As a part of that, we suggested the paper ‘Understanding Ambedkar’. It took three and a half hours to get permission to come up with an optional paper that covered not only the caste discrimination but also the national, economic, women, agriculture, tax and other issues addressed by Ambedkar. Getting a canvas to paint Ambedkar on the university campus is rare, and the rarest when unfamiliar colors are used. Such a paper was fought without repeated compromises from colleagues who stood up and prated Gandhi-Ambedkar could be a negotiator and Ambedkar alone should not be studied. There have been students who said these optional papers kept them passionate.

As a follow-up study, postgraduate students have a paper entitled ‘Ambedkar in Contemporary India’. Despite all, attitude is what determines things. As Winston Churchill said, the kings of the future are the kings of the mind. It is interesting to see the growth of curious and strong minds.

New education policy, educational privatization and Hindi language compulsory changes are underway. Doesn’t this make the lives of marginalized students harder?

What more can one expect from a place that considers the reservation as a charity and constantly cries for financial reservation? How many of us know that the new education policy with its discriminating ideas has been going on for the past 20 years? But the disregard for marginalized students, the reduction of government investment in education by three percent, and the creation of hierarchies that divide the campuses are ‘New ‘ in the new education policy. When you go to the MA Political Science classes, you can see the students learning on the floor. With all due respect, I had to stand idle by looking at dysfunctional projectors in their classrooms where over 450 students gather. It isn’t just a matter of infrastructure.A situation is created such that it encourages every possibility to widen the gap between students without even mentioning the discrimination in the central universities. UGC, which has reduced its economic incentives while giving nationality to cow dung, is now into the theories of discussing the benefits of pancake (a blend of cow products) in the IIT. The politics of conspicuous forgetting of Shurpanaka and Malik Amber and the repeated history of Ekalavya are obvious. By confirming the standards of existing social relations, Issues that help to marginalize the underprivileged in extremist politics and the language of is normality of our time. It would be a disaster if the ideology that helped to nurture such issues is not yet revoked. All I want to say isn’t that the previous government was perfect. But there was space. That is not the case now. Interestingly, now the debate is not even possible, there is the cry for the unification of the language of the debate.

Subjectively speaking, as a South Indian I am against the imposition of Hindi language. English, for me as a Dalit, is more convenient. That doesn’t mean I have shied away from my responsibility to teach Hindi to Hindi medium students. Disagreement is not with any language, but with its politics of dominance. Language is only a means of communication. It isn’t to be kept sacred. The people in power seek to destroy the diversity of language, food, and culture in its quest to convey the geographical concept of the land as a (single) nationalist one. The first problem, we need to do is recognize its politics and then resist such moves.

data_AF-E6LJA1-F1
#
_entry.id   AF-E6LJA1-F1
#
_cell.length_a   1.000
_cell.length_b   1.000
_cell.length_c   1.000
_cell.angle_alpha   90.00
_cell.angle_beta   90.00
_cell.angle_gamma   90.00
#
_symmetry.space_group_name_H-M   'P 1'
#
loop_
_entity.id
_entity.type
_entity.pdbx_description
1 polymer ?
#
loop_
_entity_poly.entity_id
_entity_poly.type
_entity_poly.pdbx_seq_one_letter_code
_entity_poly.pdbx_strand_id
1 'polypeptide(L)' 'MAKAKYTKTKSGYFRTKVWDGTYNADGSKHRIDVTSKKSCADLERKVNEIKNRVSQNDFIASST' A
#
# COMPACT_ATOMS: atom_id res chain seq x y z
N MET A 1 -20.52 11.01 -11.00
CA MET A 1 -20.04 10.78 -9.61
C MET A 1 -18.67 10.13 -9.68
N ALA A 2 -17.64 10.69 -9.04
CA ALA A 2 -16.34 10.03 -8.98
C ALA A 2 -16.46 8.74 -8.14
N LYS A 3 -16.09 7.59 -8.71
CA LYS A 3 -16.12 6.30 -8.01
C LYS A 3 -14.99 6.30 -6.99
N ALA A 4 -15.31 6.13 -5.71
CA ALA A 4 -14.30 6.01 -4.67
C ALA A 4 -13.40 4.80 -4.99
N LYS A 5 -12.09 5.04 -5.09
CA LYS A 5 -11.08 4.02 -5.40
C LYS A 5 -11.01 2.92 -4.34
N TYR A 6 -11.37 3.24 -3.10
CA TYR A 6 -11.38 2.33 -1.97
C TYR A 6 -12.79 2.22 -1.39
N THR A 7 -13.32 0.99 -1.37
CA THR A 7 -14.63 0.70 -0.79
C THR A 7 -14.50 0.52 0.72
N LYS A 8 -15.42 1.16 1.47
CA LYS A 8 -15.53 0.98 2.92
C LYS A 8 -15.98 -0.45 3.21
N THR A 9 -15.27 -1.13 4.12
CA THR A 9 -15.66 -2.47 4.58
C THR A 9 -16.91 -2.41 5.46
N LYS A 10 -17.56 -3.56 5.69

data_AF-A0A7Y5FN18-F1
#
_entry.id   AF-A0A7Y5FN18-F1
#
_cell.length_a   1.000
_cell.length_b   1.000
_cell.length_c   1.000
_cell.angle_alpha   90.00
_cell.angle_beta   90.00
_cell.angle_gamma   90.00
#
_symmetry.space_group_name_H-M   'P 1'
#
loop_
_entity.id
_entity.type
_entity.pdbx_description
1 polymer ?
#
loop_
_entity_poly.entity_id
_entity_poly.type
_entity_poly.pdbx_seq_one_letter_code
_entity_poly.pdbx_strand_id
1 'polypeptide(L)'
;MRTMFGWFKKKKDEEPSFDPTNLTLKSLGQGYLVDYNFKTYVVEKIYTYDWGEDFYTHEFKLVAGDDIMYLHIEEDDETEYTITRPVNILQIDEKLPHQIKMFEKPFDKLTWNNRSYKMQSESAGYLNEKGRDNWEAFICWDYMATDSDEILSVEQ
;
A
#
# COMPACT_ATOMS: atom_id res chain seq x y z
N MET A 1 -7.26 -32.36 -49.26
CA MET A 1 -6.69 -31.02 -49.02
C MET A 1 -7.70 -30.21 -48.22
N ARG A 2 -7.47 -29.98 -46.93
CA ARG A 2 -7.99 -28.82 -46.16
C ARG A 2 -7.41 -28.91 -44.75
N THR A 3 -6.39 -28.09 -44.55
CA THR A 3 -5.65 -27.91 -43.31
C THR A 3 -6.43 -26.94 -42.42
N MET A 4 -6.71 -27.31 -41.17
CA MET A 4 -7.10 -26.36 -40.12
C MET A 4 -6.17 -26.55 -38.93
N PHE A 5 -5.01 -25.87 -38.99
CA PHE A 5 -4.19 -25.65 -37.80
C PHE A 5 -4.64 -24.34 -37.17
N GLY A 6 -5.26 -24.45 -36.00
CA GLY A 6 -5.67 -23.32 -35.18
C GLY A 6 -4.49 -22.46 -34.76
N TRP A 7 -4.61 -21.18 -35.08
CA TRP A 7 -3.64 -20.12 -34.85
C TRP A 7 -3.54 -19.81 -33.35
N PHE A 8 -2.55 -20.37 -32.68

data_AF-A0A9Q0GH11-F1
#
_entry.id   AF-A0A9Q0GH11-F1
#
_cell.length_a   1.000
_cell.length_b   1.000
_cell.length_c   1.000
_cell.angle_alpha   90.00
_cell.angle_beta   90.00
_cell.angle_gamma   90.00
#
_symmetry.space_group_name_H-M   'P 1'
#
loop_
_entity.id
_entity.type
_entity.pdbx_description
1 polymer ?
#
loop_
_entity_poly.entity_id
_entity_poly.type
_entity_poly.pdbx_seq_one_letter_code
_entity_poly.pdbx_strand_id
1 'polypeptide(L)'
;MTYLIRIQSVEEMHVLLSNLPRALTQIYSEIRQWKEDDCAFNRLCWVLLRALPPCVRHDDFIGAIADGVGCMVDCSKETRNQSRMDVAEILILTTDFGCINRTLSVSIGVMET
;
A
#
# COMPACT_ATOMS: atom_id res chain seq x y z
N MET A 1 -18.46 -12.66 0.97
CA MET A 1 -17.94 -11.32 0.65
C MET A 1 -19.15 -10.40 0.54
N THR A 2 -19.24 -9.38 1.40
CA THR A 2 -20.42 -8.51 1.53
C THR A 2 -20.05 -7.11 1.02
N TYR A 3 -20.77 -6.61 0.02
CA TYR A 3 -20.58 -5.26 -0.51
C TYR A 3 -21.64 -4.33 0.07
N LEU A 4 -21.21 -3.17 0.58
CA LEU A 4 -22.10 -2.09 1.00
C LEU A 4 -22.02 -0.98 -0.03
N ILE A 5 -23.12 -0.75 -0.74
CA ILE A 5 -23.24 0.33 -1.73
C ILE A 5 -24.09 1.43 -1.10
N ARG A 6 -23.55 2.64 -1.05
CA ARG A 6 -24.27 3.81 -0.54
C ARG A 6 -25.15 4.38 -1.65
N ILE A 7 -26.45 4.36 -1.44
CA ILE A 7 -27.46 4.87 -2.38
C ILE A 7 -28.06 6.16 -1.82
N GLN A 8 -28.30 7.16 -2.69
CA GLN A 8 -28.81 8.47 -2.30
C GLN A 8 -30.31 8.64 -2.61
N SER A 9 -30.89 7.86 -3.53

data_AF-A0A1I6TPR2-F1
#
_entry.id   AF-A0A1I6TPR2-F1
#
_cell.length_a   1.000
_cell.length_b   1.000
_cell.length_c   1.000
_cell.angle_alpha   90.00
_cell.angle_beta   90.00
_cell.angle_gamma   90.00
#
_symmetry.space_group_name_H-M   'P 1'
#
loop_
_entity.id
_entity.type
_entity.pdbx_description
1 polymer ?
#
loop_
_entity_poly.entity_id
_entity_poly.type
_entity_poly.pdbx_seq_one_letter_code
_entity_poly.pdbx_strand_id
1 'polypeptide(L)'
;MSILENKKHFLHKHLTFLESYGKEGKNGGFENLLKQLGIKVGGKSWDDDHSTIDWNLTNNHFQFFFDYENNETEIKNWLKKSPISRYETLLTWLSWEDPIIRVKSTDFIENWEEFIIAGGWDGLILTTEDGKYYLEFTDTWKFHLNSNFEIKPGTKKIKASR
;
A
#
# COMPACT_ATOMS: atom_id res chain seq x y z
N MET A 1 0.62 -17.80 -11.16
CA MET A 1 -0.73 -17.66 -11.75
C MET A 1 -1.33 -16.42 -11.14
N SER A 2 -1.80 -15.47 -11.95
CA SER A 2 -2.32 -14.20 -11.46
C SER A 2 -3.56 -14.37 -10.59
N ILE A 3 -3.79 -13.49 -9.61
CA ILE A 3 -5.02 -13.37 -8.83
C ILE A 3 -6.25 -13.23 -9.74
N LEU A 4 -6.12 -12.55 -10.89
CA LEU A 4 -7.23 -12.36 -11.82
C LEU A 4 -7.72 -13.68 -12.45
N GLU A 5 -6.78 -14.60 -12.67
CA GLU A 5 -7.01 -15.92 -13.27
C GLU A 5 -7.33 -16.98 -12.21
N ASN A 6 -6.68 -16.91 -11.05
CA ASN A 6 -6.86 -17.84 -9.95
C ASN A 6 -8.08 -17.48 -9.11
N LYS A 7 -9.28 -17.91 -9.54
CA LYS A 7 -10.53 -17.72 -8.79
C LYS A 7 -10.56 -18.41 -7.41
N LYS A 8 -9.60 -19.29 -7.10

You have discussed how the left progressive intellectuals appropriated Ambedkar. How do you comment on it?

The slogan of “Bhim” echoes the power of suppressed people. Hitherto they weren’t audible for the mainstream. But today they have more listeners. So everyone is competing against each other to take advantage of its politics. Concealing behind their casteist Gandhian notions, Congress tries to enshrine Ambedkar in Public. Periyar, a UN advocate for South Asia’s Socrates, argued that women should have agency over their bodies. We have the fact that academic and lawmakers, including the left-liberals, have ignored him. All the Left Lecturers started quoting Ambedkar, which they insisted was very recent. Even then, they haven’t accepted that the reality of India’s basic problem is caste rather than class. It can be understood clearly from the standpoint of the leftist organizations towards the post-Rohit campus struggles. It is true that, if left organizations are still inclined to uphold harmony and identify a common enemy, it will cause their annihilation. For the fear of victory of the slogan ‘Jai Bhim’ over Lal Salam, it is no longer to put on the progressive mask. Cooperation – the politics of many colors is inevitable. The mainstream political leadership, especially the Left, needs to introspect about their views (perspective) on caste. The issues raised by the Dalit-minority identity politics cannot be negated over and over again. ‘Jai Bhim’ gives some people more life and courage. Similar slogans should be echoed. I am sure that the sight of the vast masses chasing Indian fascism without risking their own identity (existence) is not far away.

Finally, were all of my questions answered by a professor or a Dalit professor in DU?

As a professor who is a Dalit activist. I’m a political scientist. However, I shall answer this contextually. I love my identity. I understand what I represent. But At the same time, my responsibility is precious to me. There are colleagues around today who look at activism with contempt. With due respect all of them; I keep on saying that, like books in a library, slogans on the street brings change.

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Raniya Zulaikha
Raniya Zulaikha
Raniya Zulaikha studies BA Political Science at University of Delhi and she writes on politics and identity.